Driving out those selling sacrificial animals and overturning the tables of the money changers was not an attempt to restore the temple to its Old Testament glory. Jesus had prophesied to a Samaritan woman that worship would not be linked to the temple in Jerusalem, “a time is coming when you will worship the Father neither on this mountain nor in Jerusalem.” (John 4:21). Luke records that when he entered Jerusalem, Jesus wept over city’s coming destruction (Luke 19:41-44) in which the temple also would fall (Matt. 24:2). All of this would take place within four decades. Jesus knew that the temple was destined to be demolished. The kingdom he brought has no temple “because the Lord God Almighty and the Lamb are its temple.” (Rev. 21:22). Jesus primary concern could not have been the restoration of right temple worship.
I don’t want to underplay the religious exclusion which Jesus addressed in clearing the temple courts of this marketplace. The original blueprint for the temple did not include corralling women and Gentiles into separate courts, away from pious male Jews. However, this segregation had emerged and it was inside the courts designed for the excluded that Jesus displays such zeal. The fracas had the effect of opening up space for the “unclean” to enter. Matthew 21:14, “The blind and the lame came to him in the temple, and he cured them,” directly follows Jesus driving out the money changers.
But Jesus was not just concerned with making it possible for the excluded to enter the temple area for a handful of years before its destruction. He was confronting another thread of power twisted together in the strands of authority ruling this part of the temple and giving us a picture of the coming kingdom.
Money changers were essentially banks, and anyone coming from one part of the empire would need the services of these currency exchanges if they were traveling between different regions. We know from Josephus and other historians that the high-priestly families were making a killing from the temple marketplace which included these banks. The high priest, Ananias, was called “the great procurer of money,” and Josephus claims that the temple was being “ruined by greed.” Matthew and Mark’s gospels specifically recall Jesus overturning the “benches of those selling doves.” These vendors would have catered specifically to poor folk, like Jesus’ parents. One influential member of the Sanhedrin a few decades later addressed the price gouging of the poor occurring at the hands of those selling doves. He fixed a maximum price for doves at just 1% of their original purchase price,ii giving us some idea of the profiteering going on in the temple marketplace.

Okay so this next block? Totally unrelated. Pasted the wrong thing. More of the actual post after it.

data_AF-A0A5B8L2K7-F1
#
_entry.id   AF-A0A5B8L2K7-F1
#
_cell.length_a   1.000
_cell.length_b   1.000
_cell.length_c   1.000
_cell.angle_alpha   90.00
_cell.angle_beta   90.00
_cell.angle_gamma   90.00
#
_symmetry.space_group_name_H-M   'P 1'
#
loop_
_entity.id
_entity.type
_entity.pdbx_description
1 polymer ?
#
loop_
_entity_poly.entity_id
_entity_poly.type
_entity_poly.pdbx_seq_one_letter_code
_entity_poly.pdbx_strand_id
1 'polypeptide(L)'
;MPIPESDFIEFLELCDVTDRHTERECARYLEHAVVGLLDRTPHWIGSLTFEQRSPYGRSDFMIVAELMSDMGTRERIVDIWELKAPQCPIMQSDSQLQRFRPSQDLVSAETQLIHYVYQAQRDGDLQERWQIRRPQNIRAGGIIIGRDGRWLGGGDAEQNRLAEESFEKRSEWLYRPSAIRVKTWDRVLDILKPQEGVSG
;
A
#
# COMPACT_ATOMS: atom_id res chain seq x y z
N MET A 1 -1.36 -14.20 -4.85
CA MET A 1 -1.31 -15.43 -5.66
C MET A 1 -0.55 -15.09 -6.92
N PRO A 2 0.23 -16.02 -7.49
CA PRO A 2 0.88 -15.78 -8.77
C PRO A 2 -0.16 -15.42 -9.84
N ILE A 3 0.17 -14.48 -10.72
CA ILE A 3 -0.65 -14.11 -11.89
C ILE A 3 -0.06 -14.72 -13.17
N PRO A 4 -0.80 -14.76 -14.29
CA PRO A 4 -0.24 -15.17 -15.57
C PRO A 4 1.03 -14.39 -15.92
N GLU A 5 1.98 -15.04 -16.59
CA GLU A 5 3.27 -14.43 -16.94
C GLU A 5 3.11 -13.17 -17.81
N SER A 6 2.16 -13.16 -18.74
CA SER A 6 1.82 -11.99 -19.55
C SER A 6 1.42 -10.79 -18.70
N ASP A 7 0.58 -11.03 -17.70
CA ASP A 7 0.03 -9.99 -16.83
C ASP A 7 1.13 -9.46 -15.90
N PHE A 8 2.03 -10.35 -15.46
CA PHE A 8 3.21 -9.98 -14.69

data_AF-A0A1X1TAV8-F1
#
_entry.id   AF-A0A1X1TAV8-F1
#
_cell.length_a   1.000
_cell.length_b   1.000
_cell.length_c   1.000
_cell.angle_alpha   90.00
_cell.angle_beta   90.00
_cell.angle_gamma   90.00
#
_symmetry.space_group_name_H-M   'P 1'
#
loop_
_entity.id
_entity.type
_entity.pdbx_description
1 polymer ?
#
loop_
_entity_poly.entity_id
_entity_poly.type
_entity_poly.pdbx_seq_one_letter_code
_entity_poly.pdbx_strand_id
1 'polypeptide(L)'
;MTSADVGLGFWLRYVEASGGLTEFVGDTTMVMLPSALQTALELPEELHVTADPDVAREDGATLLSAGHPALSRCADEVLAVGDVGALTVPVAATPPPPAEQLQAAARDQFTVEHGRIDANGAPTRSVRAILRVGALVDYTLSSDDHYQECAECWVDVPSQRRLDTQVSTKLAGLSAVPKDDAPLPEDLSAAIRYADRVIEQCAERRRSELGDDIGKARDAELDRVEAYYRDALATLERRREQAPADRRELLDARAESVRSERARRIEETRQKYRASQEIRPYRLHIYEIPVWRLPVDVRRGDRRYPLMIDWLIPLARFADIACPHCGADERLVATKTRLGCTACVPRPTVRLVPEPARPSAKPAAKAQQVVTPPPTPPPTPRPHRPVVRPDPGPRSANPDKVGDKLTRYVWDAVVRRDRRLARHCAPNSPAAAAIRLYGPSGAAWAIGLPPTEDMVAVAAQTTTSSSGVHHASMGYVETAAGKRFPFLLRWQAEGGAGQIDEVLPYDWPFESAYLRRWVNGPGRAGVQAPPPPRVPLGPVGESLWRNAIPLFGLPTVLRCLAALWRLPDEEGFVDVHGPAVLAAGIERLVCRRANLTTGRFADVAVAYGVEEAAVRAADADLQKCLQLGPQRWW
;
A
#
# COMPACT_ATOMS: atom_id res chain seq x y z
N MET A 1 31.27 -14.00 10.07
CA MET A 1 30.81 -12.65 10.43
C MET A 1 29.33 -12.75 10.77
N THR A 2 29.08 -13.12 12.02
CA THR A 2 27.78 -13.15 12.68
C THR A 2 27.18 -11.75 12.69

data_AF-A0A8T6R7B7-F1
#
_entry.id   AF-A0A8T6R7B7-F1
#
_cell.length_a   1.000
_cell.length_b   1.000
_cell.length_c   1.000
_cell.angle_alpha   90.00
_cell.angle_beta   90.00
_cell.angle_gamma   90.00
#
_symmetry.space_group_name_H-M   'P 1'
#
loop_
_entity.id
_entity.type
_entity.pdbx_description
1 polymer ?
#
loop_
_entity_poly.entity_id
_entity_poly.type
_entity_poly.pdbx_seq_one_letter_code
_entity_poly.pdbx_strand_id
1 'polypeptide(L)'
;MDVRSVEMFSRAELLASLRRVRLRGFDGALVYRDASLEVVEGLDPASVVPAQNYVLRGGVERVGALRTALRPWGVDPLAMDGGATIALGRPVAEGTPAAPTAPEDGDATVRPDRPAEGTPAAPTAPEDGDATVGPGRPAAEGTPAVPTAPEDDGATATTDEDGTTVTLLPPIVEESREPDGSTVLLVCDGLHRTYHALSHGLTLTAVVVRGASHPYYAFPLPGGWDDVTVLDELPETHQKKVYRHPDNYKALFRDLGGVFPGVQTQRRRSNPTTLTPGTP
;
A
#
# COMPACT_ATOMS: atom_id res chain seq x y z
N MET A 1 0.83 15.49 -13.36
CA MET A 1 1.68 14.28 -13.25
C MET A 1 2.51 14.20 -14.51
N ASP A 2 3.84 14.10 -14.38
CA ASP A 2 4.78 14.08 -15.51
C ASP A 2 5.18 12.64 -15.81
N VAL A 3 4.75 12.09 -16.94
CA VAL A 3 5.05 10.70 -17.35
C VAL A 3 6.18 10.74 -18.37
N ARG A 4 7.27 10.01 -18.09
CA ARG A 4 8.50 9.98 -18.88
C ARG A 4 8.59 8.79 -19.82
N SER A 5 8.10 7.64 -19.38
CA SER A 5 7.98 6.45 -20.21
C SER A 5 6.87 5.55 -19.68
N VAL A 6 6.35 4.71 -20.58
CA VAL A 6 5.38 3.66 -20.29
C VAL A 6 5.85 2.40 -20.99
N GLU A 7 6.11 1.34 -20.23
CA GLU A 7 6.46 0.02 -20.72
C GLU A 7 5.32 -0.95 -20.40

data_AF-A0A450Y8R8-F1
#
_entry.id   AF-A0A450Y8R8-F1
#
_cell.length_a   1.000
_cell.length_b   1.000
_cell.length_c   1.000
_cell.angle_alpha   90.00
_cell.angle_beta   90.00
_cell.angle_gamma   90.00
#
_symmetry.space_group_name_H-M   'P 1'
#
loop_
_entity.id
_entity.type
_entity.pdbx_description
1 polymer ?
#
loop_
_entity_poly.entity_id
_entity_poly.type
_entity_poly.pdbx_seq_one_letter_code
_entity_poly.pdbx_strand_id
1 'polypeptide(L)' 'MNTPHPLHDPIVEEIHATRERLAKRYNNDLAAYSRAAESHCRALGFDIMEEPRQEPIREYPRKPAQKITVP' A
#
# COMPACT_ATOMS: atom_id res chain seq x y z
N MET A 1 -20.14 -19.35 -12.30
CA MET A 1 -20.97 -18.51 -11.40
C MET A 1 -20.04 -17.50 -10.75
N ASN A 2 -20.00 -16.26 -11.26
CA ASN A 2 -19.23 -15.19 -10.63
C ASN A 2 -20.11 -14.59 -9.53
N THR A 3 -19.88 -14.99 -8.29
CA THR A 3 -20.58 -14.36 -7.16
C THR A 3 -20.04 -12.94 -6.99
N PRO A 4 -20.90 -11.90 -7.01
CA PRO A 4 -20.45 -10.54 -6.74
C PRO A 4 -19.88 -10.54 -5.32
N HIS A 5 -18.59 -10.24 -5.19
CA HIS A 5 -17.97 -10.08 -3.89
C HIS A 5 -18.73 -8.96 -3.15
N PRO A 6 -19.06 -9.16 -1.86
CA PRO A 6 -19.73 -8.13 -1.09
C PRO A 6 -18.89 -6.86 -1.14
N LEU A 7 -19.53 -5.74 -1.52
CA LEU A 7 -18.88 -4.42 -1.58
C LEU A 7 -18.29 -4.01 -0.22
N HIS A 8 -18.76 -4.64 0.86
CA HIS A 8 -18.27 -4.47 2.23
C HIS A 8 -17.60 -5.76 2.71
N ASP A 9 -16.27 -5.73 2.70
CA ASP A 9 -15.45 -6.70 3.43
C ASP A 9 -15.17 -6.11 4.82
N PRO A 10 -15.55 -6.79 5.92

The attack on the temple marketplace was a challenge to the ruling elite and pre-firgured the kingdom which was coming – a kingdom where profit was not made at the expense of the poor, a kingdom where eighty five individuals don’t possess more wealth than 3 billion people,iii or where devotion to God is not leveraged to enrich the ruling class. Ched Myers concludes that, “It is the ruling-class interests in control of the commercial enterprises in the temple market that Jesus is attacking.”iv
The clearing of the temple by Jesus was not primarily a worship corrective, it was an economic corrective, struck at the heart of first century Palestinian Wall Street.
So, yes, it is appropriate for those of us who claim to know the character of the King and the sort of kingdom he brings to challenge economic structures. After all, Jesus said “whoever believes in me will do the works I have been doing...” (John 14).
Overturning economic tables is our attempt to do the work our Master has been doing.
i Pope Francis I, Apostolic Exhortation Evangelii Gaudium of the Holy Father Francis to the Bishops, Clergy, Consecrated Persons and the Lay Faithful on the Proclamation of the Gospel in Today’s World. Vatican Press, November 24, 2013, p. 46
ii Joachim Jeremias, Jerusalem in the Time of Jesus: An Investigation into Economic and Social Conditions During the New Testament Period, trans. F. H. Cave and C. H. Cave (1969; German ed.: 1967), p. 33-34
iv Ched Myers, Binding the Strong Man: A Political Reading of Mark’s Story of Jesus, (Maryknoll, NY: Orbis Books) 1988, 2008, p. 300